March 5, 2014 — The Montréal Science Centre is hosting The Cave of Lascaux – Prehistoric Masterpieces, a travelling exhibition created by the Department of Dordogne, France. The show has already welcomed hundreds of thousands of visitors in the United States, all wanting to learn more about the UNESCO World Heritage site that can’t be visited by the general public, but contains some of the most informative Upper Paleolithic art in the world.
The Lascaux cave complex was opened to the masses in 1948, but, by 1955, the carbon dioxide produced by over a thousand visitors per day had begun to damage the cave’s 200-century-old paintings. The site was closed to the public in 1963 to preserve the art, and the paintings were restored to their former state. Lascaux II, a replica of two halls of the original cave, was opened in 1983, just 200 metres away from its prototype.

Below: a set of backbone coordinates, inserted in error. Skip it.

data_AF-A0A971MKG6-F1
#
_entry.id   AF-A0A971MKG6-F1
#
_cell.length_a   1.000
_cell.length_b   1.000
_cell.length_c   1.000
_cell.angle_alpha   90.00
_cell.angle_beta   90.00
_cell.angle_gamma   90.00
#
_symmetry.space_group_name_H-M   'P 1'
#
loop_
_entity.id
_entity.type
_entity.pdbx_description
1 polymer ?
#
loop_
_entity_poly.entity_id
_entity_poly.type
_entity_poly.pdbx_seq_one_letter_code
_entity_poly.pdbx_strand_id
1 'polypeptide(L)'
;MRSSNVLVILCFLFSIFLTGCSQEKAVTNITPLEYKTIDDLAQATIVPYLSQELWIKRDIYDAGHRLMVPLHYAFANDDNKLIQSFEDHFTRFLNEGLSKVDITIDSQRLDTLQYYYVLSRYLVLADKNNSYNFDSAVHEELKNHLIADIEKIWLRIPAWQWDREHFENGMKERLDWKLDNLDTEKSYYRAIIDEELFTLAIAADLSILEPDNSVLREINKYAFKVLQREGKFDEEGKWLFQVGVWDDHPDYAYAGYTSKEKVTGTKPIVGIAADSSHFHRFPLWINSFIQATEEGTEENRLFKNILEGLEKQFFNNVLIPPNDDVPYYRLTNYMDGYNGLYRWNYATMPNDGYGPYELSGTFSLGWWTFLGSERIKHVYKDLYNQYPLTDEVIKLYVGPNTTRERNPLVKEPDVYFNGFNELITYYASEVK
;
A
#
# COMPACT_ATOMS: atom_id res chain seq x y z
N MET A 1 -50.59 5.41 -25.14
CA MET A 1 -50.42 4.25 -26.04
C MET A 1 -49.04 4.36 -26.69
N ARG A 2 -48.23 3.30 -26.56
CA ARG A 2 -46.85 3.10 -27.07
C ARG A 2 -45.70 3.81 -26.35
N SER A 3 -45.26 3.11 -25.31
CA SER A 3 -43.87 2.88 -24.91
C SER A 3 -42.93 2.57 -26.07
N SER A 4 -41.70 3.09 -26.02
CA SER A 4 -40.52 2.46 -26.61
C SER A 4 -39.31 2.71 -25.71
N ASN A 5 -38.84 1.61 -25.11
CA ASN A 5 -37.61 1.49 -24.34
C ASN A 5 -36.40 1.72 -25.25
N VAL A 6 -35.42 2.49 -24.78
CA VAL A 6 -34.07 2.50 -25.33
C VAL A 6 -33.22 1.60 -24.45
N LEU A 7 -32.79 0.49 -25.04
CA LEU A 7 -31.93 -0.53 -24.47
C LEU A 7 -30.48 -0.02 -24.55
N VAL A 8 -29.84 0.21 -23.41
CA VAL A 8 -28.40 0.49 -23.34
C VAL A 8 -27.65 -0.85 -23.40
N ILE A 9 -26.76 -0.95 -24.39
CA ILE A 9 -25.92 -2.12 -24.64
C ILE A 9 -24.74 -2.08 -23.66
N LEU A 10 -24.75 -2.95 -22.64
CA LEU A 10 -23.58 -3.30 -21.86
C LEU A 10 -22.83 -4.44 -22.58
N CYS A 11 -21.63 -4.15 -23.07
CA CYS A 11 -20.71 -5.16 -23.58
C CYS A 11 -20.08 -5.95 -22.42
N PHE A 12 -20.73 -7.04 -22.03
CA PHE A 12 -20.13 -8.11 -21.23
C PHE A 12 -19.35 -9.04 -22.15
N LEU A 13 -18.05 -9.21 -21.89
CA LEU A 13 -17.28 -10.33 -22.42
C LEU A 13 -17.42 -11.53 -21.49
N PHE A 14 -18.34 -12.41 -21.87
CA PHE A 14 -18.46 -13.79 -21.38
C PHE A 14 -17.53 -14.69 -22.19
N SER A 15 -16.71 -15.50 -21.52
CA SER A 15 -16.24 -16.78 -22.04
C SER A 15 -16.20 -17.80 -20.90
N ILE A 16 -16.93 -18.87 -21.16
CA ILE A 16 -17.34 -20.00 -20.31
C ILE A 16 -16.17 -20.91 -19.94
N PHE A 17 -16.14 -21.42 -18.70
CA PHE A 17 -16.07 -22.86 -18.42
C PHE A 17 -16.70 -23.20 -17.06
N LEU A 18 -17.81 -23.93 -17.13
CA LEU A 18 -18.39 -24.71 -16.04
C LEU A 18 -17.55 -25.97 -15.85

The Cave of Lascaux – Prehistoric Masterpieces offers visitors the chance to see life-sized reproductions of works that had never been duplicated before. Meanwhile, videos, prehistoric artifacts, and interactive stations explain the conditions under which these paintings were executed and provide for a better understanding of how prehistoric humans lived some 20,000 years ago.